PSUC junior Chelsea Asare is well-known for her sense of style and authenticity on campus. She is an outspoken person and not afraid of voicing her opinions.
“I don’t want to live in the world where I have to sugarcoat my belief and myself as a person to please everyone,” she said. “Not everyone is going to like you, so I’d rather people like me for who I am.”
Asare is currently 20 years old, and she is majoring in public relation with minors in journalism and broadcast management.
She is also the vice president of broadcast for Plattsburgh association of black journalists.
Three years ago, she decided to go to PSUC because it is the only school with good public relation program, compared to other schools, according to Asare.
She said what she loves about PSUC the most is the people and the friends she made here.
“Also being in Plattsburgh State taught me a lot about myself,” Asare said. “It helps to personalize what I believe in.”
She said the college gave her the chance to overcome her beliefs and understand her mission and her purpose in life.
“It definitely helps me learn more about myself as well,” Asare said.
Majoring in public relations, she said it allows her to communicate with other in a way that gives her the opportunity to interact with the media and other companies.
While deciding her options for major, Asare knew she would want to work on the communication field. And she believes public relation fits her the most because it gives her the access to both talking and writing.
“Along with public relation, I decided to choose a minor in broadcast management because I realized I wanted to do media reporting,” Asare said. “It was too late for me to add a major at that time, so I took classes and gained the skills about broadcast management.”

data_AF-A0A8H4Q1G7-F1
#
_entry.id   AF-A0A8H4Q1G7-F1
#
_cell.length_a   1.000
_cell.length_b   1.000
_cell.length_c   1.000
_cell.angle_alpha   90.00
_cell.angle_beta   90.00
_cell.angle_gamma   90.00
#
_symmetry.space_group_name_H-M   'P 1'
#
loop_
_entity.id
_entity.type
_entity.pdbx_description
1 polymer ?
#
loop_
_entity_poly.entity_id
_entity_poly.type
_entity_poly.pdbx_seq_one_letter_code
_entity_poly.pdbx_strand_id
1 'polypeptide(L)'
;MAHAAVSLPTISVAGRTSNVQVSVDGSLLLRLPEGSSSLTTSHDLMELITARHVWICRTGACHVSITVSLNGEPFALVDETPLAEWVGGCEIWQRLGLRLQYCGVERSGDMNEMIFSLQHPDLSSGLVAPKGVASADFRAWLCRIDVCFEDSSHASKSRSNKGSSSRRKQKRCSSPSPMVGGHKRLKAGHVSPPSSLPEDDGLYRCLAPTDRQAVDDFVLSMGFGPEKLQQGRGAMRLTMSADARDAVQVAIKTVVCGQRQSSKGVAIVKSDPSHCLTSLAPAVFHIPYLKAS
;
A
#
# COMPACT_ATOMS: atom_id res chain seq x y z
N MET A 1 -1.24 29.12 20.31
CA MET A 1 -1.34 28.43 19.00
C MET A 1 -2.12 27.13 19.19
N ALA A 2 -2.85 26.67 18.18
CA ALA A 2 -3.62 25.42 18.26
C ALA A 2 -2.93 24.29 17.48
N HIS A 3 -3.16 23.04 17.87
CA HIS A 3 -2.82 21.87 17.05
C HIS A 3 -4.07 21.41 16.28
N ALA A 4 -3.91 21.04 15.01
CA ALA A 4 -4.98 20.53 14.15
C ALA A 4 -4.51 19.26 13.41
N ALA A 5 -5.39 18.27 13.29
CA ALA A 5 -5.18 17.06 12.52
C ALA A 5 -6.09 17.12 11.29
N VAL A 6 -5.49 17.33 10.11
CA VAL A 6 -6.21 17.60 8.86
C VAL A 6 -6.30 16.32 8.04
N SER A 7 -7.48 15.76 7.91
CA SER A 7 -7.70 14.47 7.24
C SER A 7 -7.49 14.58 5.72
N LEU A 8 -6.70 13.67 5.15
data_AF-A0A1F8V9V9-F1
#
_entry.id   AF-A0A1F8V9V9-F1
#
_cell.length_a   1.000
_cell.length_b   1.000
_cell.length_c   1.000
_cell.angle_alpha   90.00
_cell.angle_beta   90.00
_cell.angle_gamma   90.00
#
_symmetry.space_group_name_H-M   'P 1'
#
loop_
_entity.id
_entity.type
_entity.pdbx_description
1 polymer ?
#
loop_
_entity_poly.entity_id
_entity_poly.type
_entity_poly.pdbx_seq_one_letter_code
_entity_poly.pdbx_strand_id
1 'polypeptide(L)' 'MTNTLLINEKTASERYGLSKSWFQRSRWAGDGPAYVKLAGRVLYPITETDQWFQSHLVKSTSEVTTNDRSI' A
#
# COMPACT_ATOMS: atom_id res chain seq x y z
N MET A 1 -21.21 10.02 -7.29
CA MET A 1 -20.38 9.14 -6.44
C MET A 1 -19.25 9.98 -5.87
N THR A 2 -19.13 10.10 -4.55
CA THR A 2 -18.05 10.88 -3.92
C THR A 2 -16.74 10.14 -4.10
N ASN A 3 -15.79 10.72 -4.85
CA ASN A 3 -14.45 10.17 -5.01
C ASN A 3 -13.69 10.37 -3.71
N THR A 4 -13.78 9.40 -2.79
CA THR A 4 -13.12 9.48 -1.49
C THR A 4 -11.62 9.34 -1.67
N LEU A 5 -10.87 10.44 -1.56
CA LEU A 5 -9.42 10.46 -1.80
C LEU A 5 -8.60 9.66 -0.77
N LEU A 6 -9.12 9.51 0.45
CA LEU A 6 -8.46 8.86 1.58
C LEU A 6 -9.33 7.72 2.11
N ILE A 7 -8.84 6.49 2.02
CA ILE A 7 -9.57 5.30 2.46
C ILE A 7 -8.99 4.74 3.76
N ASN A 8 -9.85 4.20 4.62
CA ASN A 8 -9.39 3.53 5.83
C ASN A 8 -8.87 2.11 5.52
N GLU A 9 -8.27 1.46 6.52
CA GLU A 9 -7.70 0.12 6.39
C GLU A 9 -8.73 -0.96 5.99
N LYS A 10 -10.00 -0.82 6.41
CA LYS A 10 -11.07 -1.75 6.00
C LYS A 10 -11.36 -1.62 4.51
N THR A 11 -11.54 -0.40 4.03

She said she has learned many aspects of media reporting and learned being on and off camera.
“I aspire to be a publicist in the future for a well-known company,” Asare said. “Currently, the company I want to work for is Essence Magazine.”
Essence is where black women come first for news, entertainment and motivation, according to their official website.
The magazine is focus on the premiere lifestyle, fashion and beauty magazine for African-American women.
“I want to tell stories of a black woman about how they are perceived in the media,” she said.
Asare always makes sure she shares her opinions whether she knows the people in the room are going to like it or not. She wants her voice to be heard.
“During my college experience, I learned a lot and started to share more of my personal opinions,” Asare said. “I became harder on myself because I know if I don’t do that, I will not be where I am right now.”
As a public relations major, she said being strong and having tough skin are crucial because everybody has different mindset and vision of how he or she sees the world.
“You have to be cautious of what you said but also don’t be afraid to speak up,” Asare said.
Junior accounting and finance major Shiyiheeim Nartey-Tokoli met Asare through a club during his freshman year.
He described her as “fashionable” because she always looks professional and put together all the time, “selfless” because she always puts everyone else first before thinking about herself and “determined” because no matter what happens, she always moves forward and keeps her eyes on the prize.
Senior sociology and Africana studies major Mariyamo Fofana sees Asare as a sincere person because she always cares about her friends and the people around her.
“Asare is a queen,” Fofana said. “She really knows how to build herself and empowers others. She is also very humble.”
Asare’s main piece of advice for every students is to always be authentic. Coming to college, she said it takes time for people to find themselves and know themselves well.
“Stay true to yourself,” she said. “Don’t ever try to change for anyone because people notice the authenticity, appreciate, respect and love that about yourself.”
Email Hilly Nguyen at email@example.com